Napa Valley. It’s the Bordeaux of the New World and much more.
This strip of land is just 30 miles long and just a few miles wide. Sitting North of San Pablo Bay that brings the marine influence to the lower part of the valley, the valley is bordered by the Mayacama Mountains to the West that separate it from Sonoma and the Vaca Mountains to the East.
Within this 30-mile stretch that is the overarching Napa Valley AVA, you will find 16 nested AVAs.
Napa Valley and its AVAs
South of the city of Napa you find cooler climate appellations that are close to San Pablo Bay. These appellations benefit from the cool morning fog. Here you find Pinot Noir and Chardonnay. (Los Carneros AVA, Oak Knoll District AVA, Coombsville AVA, and Wild Horse Valley AVA)
Then there are vineyards that climb up the foothills into both the Mayacama and Vaca Mountains. These higher elevation appellations can be cooler due to their altitude. (Mount Veeder AVA, Spring Mountain District AVA, Diamond Mountain AVA in the foothills of the Mayacama Mountains, Atlas Peak AVA, and Howell Mountain AVA in the Vaca Mountains)
As you drive north through the valley and further from the marine influences and fog, things get warmer and more continental in climate. As you drive North from the Oak Knoll District AVA you pass by, the Yountville AVA, Stags Leap District AVA, Oakville AVA, Rutherford AVA, St. Helena AVA, and Calistoga AVA.
As you drive up Route 29, vineyards stretch out along both sides of the road. These valley floor appellations are home to some of the most famous names in Napa. Here, Cab is King.
When you think of Napa Valley Wines, you might think of high end or even cult Cabernet Sauvignon, and perhaps fancy hotels and restaurants.
Yes, those are there, but really Route 29 is mostly a 2 lane road driving through farm country that happens to have vineyards.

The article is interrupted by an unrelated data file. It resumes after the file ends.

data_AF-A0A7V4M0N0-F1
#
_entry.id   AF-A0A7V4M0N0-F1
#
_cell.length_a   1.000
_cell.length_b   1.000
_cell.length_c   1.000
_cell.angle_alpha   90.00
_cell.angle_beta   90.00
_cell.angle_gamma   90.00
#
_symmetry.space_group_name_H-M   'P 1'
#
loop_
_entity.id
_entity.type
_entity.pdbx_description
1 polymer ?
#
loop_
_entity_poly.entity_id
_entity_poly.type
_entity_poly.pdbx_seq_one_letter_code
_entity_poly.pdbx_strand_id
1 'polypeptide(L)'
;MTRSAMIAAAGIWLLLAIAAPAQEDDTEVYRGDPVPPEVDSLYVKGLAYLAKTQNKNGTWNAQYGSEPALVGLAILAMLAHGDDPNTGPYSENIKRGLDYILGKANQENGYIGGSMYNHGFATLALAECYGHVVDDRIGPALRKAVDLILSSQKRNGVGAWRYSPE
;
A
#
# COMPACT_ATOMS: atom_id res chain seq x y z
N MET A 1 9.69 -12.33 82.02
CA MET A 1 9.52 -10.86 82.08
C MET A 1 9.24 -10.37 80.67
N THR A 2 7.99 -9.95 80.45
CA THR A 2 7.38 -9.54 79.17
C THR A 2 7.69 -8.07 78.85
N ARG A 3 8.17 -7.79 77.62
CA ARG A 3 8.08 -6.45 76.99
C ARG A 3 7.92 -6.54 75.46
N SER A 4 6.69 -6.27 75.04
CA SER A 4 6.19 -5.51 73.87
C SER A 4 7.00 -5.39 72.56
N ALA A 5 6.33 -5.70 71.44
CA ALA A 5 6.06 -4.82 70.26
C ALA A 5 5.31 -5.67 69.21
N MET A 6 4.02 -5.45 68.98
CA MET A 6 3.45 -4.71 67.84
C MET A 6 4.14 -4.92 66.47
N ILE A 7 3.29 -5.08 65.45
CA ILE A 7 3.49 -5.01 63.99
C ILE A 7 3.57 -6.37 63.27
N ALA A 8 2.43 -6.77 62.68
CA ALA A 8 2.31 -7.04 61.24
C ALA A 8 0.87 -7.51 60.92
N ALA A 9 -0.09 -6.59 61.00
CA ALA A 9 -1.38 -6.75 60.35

The City of Napa
We stayed near the city of Napa, which 10 years ago was not really a place people stopped. The city has revitalized the river front and has a section of restaurants, hotels and spas to draw people in. Morimoto has a restaurant here.
In addition there are great local restaurants just a few blocks away. We enjoyed a casual noodle dinner at Napa Noodles & Poke Bar. The Duck Duck Soup was phenomenal and Michael enjoyed Pancit.
Drive north through Napa’s iconic vineyards
As you drive North into Napa Valley take in the iconic tasting rooms, Robert Mondavi, Opus One, and Grgich Hills.
Stroll Through Yountville
Yountville provides an opportunity to stroll. We typically like to go early in the day to catch fresh baked pastries at Bouchon Bakery and stroll to the French Laundry Gardens. Art and Sculpture dress this small town and it is filled with high-end luxury.
St. Helena & Gott’s Roadside
Further North you come to St. Helena, whose main street is Route 29. On the southern end of this quaint town you find Gott’s Roadside, which is a “must” stop for both vacationers and locals. At the roadside you order at the counter and find a spot outside to eat, either out front or on the picnic tables out back.
Founded by Joel and Duncan Gott in 1999, you can think of the food as elevated Shake Shack. They pull their beef from Niman Ranch, and the bread is baked locally.
On the day we visited, Fried Cauliflower was on the menu as a side. I enjoyed the Ahi Burger and Michael had the Bacon Cheeseburger.
They have lots of local wines, organic shakes, hot dogs, tacos, and salads.
If you have been tasting, you can bring a bottle with you for a $5 corkage fee, they just ask that it not be a wine that is on their menu.
I remember our first visit. We had stopped at Grgich Hill and after our tasting asked for lunch recommendations. They recommended Gott’s and told us the Ahi Burger was sublime with their Chenin Blanc, and sold us a split to take with us!
After your lunch you will likely be in need of a walk and a stroll through St. Helena to take in the shops is the perfect way to walk off your lunch.